Just a business brief like the example I attached.
Example of Business Brief
To: Joe Instructor
From: Ron Student
Subject: Case 3B-4, p.170
The purpose of this business brief is provide two scenarioâ€™s in which the project with the lower Net Present
Value (NPV) may be more beneficial when compared to a project with a higher NPV. The brief will describe
how lower NPV projects may be elected based on the results of the partial sensitivity analysis or the worst-best
Typically speaking choosing a project with a lower Net Present Value is not suggested. However in certain
scenarioâ€™s this maybe the preferred method. One of those scenarioâ€™s occurs based on the findings of the partial
sensitivity test. The purpose of the sensitivity test according to Boardman, Greenberg, Vining, and Weimer
(2011) is to â€œacknowledge the underlying uncertaintyâ€. It is plausible that once the test is performed that the
values may change and the project with the lower NPV originally may choose to be more beneficial.
Worst case scenario
In looking at two projects in which there is one that has a higher NPV then performing a worst case scenario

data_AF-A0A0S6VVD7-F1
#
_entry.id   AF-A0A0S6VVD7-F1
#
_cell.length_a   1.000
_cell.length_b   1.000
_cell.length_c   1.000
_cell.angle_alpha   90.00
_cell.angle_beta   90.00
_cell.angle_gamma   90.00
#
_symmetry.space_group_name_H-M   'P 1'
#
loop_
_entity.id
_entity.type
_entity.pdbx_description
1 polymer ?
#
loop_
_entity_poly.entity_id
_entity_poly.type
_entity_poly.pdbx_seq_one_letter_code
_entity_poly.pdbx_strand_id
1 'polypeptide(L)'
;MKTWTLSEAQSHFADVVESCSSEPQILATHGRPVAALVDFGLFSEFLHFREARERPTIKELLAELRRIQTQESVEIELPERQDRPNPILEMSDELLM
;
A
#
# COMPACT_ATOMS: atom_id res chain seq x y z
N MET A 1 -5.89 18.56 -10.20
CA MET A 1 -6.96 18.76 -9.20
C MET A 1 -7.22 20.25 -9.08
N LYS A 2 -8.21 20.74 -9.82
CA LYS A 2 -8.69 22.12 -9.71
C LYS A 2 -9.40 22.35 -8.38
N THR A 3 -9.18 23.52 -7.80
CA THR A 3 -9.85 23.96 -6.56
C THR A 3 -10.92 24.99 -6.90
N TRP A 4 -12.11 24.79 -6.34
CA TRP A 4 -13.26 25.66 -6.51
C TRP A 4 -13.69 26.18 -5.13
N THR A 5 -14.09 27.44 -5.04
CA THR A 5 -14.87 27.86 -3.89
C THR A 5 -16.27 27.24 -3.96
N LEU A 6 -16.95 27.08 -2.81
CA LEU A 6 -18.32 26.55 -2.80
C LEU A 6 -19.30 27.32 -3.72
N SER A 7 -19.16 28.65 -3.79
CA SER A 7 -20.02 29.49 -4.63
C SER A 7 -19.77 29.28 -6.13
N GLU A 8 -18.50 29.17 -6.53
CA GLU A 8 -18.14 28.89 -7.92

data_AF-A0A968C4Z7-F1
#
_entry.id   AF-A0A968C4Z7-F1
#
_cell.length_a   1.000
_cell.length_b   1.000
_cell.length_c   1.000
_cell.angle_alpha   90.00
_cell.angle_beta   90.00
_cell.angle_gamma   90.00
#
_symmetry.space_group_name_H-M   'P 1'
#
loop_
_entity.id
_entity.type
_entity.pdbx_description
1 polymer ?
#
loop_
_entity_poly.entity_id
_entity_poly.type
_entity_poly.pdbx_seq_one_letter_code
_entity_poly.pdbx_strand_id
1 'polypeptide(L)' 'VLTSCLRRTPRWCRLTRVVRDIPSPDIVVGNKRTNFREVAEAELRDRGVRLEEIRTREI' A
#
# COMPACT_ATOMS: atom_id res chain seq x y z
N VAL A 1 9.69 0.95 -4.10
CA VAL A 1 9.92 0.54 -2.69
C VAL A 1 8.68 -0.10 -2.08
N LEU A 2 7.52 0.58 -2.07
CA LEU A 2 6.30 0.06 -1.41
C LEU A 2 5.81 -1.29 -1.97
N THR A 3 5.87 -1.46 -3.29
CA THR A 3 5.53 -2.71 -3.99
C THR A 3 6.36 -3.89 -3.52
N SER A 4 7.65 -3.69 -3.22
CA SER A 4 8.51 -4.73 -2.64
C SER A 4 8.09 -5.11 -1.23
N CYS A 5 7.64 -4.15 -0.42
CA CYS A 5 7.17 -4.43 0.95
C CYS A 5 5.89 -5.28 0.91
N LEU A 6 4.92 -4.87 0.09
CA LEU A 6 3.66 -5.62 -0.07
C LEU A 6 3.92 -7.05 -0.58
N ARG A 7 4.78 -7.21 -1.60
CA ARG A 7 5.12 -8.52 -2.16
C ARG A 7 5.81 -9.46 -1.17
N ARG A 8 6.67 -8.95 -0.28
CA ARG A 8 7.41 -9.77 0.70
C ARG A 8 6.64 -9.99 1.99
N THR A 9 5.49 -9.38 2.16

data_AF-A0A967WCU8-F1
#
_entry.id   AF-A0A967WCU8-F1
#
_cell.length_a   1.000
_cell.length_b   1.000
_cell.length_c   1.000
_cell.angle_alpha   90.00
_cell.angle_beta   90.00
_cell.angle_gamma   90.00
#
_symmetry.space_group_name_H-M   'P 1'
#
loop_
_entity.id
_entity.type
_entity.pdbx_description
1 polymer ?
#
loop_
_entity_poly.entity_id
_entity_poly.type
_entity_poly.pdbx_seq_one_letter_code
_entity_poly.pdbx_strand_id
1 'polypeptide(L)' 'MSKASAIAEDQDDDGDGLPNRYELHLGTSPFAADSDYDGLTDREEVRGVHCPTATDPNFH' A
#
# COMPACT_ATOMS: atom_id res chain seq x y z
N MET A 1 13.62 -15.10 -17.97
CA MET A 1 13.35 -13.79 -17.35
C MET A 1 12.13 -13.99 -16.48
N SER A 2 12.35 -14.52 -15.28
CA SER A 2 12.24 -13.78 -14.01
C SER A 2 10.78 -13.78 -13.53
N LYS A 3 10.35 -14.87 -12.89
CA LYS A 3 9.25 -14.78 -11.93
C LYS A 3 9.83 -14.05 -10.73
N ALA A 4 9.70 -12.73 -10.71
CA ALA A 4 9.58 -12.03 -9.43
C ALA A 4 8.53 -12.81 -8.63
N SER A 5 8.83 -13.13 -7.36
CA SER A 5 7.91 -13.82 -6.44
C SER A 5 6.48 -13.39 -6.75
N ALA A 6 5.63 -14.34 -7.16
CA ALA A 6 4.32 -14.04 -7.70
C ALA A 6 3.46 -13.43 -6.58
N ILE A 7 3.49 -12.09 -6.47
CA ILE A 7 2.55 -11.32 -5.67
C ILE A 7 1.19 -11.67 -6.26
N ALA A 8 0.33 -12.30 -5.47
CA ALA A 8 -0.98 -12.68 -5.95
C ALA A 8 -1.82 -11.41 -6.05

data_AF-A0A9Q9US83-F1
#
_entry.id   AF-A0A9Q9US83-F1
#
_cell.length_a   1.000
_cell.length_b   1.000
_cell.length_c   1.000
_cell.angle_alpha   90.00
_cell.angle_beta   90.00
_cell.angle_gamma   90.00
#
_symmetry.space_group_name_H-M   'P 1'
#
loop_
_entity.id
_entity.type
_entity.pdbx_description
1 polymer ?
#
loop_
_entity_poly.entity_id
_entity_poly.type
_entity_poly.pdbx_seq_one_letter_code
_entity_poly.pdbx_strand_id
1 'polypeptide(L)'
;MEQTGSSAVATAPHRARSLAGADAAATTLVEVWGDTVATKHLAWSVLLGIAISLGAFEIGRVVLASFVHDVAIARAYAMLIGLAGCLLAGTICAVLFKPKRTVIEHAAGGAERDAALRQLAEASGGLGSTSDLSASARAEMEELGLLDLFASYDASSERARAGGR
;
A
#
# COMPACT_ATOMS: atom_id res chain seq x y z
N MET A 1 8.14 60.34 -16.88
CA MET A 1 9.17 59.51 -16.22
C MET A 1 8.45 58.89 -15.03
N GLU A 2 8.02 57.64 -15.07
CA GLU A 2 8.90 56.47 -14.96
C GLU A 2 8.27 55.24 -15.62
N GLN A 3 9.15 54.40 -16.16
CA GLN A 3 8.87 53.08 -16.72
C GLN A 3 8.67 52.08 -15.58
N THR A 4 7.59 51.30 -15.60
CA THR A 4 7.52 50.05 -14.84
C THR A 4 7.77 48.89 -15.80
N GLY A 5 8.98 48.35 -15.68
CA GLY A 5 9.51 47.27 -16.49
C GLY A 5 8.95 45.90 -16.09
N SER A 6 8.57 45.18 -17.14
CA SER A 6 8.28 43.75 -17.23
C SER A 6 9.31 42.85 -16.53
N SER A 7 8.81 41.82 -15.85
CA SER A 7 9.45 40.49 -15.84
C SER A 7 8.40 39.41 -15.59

analysis may provide additional insight for choosing the lower NPV project. According to Broadman,
Greenberg, Vining, and Weimer (2011) the worst case scenario analysis is â€œgenerally most valuable when the
expected net benefits are positive; best-case analysis is generally most valuable when expected net benefits are
negativeâ€. Understanding this logic, it is plausible that a project with a higher NPV may also have a more
downside risk which may result in a more extreme worst-case scenario.
Based on the rationale provided the suggested method for deciding to choose a project with a lower NPV should
be evaluated after a worst-best case scenario analysis has been completed. The worst case scenario will provide
additional insight when both NPVâ€™s are positive and difference in NPVâ€™s are not excessive. The worst case
scenario also allows for the consideration or extreme.
Boardman, A., Greenberg, D., Vining, A,. & Weimer, D. (2011). Cost-Benefit analysis: Concepts and practice.
(4thed). Boston, MA: Prentice Hall. p.31
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